UN leaders Can No Longer Sit on the Fence; Children’s Lives are at Stake

Families live in makeshift tents in the Bekaa Valley of Lebanon, after fleeing their homes due to the Syria conflict. PHOTO: World Vision/Jon Warren

NEW YORK (September 16, 2016) ¬ For children suffering the effects of adult wars, next week represents the best chance of hope many have had in years.

“The Refugees and Migrants Summit (Sept 19) can and should make a huge difference to children forced to flee their homes because of war, poverty or persecution, ” says World Vision‘s President Kevin Jenkins, in New York during the summit. In particular, the 6.6 million people displaced within Syria and the 4.8 million who’ve sought refuge in other countries by often risky and desperate means. The biggest barrier to addressing the root causes of this problem has been the lack of political will.

World Vision says world leaders risk seriously failing the world’s most vulnerable children.

“Politics and bureaucracy should never get in the way of helping a scared, lonely child. All children deserve a bright future.”

Nearly 50 million children around the world have been forced to flee their homes or migrate, according to a report released last week by UNICEF. Despite the shocking numbers and an agreement by governments that something must be done, the current system is not working.

“At the moment, we are trying to address an extraordinary problem with yesterday’s solutions – and it’s not working. It’s not helping millions of children living in limbo‚” says Jenkins.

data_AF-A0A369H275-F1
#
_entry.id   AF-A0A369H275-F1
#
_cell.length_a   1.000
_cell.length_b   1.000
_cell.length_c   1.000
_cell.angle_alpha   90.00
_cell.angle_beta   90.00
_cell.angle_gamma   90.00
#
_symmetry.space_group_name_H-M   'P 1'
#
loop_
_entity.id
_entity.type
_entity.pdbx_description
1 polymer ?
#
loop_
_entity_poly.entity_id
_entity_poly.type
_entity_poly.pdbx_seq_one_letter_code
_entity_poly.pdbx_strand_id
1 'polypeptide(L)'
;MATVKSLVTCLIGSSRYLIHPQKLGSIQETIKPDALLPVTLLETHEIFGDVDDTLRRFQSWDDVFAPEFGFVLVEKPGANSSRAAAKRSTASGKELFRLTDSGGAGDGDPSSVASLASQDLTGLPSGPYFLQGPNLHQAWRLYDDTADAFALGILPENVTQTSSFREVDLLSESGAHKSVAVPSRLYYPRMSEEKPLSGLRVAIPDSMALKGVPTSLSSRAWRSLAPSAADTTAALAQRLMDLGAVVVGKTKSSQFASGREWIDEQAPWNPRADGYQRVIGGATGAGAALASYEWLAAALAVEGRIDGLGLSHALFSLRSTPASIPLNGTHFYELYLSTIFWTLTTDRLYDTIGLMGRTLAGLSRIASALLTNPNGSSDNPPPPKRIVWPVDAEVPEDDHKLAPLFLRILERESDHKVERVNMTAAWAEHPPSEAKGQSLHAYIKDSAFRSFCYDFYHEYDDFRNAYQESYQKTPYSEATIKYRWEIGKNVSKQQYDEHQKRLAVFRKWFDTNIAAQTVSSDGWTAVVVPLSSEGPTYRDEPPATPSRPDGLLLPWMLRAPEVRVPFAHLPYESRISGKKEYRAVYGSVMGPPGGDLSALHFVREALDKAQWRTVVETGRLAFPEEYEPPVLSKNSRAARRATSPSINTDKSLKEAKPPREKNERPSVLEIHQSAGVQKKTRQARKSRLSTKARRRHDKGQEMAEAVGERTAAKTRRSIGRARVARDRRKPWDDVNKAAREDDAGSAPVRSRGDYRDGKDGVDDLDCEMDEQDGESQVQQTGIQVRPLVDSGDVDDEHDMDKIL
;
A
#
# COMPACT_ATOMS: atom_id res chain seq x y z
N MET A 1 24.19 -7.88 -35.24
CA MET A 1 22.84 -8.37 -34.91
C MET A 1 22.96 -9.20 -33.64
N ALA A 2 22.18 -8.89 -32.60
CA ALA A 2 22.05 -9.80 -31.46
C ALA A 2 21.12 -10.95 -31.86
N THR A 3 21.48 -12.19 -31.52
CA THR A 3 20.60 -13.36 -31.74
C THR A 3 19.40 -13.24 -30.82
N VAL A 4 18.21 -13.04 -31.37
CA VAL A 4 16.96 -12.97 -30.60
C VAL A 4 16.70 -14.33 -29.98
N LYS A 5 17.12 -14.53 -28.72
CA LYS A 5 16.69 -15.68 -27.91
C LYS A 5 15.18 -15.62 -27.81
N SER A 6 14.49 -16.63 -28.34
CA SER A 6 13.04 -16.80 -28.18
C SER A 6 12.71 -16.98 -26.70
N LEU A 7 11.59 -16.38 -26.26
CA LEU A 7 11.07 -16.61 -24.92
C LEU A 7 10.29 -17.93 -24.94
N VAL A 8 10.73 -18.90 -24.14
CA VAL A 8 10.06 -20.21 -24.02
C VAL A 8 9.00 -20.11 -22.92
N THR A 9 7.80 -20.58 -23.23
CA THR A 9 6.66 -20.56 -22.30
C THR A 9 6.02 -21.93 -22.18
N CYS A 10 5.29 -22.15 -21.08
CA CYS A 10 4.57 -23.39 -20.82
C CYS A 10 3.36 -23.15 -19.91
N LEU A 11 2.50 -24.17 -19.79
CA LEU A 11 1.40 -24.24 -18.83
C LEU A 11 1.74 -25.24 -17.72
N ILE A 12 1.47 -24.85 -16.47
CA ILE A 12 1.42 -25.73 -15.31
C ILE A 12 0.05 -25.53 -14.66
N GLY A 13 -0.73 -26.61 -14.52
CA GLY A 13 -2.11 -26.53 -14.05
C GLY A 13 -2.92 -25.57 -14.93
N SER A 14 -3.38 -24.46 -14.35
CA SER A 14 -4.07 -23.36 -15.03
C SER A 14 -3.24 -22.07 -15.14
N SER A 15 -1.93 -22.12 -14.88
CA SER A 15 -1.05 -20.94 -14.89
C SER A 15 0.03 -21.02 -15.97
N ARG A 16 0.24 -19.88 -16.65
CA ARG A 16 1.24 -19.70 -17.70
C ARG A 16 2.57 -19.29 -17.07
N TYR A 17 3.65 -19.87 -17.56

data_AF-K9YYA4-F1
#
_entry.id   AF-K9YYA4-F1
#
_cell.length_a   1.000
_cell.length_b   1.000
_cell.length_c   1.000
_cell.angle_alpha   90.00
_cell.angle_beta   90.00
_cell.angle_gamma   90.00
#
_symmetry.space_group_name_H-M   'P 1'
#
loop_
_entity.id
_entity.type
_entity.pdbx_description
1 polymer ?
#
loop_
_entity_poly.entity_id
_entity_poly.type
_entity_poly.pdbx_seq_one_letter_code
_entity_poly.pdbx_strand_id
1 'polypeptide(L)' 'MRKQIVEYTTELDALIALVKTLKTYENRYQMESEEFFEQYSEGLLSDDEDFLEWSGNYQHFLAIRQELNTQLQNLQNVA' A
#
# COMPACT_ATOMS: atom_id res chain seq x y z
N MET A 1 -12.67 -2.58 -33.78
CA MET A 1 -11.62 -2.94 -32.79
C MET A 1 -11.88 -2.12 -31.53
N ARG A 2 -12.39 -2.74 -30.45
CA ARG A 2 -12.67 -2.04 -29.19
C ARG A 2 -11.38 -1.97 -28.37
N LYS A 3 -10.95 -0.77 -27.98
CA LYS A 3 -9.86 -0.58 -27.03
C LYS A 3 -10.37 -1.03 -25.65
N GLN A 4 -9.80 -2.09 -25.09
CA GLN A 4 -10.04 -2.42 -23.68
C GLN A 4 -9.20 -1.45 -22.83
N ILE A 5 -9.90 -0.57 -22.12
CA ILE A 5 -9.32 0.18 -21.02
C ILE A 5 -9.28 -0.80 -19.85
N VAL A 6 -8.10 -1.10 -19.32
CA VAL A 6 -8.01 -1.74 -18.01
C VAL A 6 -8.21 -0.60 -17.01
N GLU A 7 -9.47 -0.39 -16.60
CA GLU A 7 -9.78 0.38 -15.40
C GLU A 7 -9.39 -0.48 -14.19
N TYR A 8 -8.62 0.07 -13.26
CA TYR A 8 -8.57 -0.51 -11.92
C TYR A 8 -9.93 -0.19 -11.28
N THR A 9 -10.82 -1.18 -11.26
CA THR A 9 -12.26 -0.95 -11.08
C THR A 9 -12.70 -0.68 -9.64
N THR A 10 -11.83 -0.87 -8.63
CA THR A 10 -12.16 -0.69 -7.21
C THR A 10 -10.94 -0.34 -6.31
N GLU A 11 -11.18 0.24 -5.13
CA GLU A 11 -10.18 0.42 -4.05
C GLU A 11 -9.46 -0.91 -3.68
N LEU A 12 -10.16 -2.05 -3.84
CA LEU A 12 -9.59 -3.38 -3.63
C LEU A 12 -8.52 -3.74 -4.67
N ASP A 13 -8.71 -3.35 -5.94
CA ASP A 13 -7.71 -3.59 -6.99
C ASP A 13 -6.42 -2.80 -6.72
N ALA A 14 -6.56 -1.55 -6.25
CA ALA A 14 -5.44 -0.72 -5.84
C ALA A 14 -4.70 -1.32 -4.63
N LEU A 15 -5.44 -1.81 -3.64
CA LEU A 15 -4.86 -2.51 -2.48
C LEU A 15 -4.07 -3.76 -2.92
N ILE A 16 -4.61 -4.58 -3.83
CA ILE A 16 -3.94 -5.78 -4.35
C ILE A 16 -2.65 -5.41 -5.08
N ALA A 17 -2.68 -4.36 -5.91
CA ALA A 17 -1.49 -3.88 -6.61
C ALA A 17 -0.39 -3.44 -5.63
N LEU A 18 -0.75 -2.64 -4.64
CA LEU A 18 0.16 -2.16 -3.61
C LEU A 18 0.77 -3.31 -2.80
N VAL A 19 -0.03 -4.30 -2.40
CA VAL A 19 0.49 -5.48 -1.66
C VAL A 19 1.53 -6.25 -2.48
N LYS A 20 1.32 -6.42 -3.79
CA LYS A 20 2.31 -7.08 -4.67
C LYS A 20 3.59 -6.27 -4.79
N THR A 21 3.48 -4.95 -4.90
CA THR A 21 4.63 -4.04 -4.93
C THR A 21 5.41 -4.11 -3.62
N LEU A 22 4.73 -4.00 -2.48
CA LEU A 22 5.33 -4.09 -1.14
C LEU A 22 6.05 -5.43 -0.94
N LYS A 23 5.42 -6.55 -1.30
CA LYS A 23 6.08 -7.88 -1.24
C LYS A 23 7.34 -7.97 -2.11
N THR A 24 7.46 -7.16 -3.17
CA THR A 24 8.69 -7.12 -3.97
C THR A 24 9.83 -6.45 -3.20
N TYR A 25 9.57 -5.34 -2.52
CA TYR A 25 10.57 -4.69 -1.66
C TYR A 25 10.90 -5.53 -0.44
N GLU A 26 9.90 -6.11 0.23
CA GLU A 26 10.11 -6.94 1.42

Among them is 16-year-old Hussam, a refugee now living in Jordan. His family fled Syria with the help of smugglers when his classroom was bombed during a lesson. “I found my best friend Majid in the rubble. My teacher was also killed. I haven’t been to school for two years.”

Leaders must honour funding pledges, provide safe haven for all vulnerable children and ensure the most basic rights of children in transit are met.

“We have seen strong leadership from countries like Germany and Canada, who have welcomed and attempted to integrate refugee children and their families,” says Jenkins.

“We have seen great promises from countries like the UK to support unaccompanied children. We now need to see such pledges honoured, and others to echo them. It is neither fair nor realistic for a small handful of countries – like Lebanon and Jordan – to continue shouldering the burden alone.”

The pace of change is too slow, says Jenkins.

“While we’ve been waiting for commitments to be made in this important meeting, children and families have been languishing in refugee camps and temporary settlements. Child labour, early marriage, trafficking, and other forms of exploitation and violence against children have run rife.

“While leaders sit on the fence, children suffer. This isn’t good enough, children deserve better.”


About World Vision:
World Vision is a Christian humanitarian organization conducting relief, development, and advocacy activities in its work with children, families, and their communities in nearly 100 countries to help them reach their full potential by tackling the causes of poverty and injustice. World Vision serves all people regardless of religion, race, ethnicity, or gender. For more information, please visit www.WorldVision.org/media-center/ or on Twitter @WorldVisionUSA.


  • Nearly 50 million children are depending on leaders at UN summit to commit to concrete actions to address the issues causing children to flee their homes
  • Aid and development agency World Vision says political inaction has gone on long enough
  • While governments stall, more children fall victim to exploitation and violence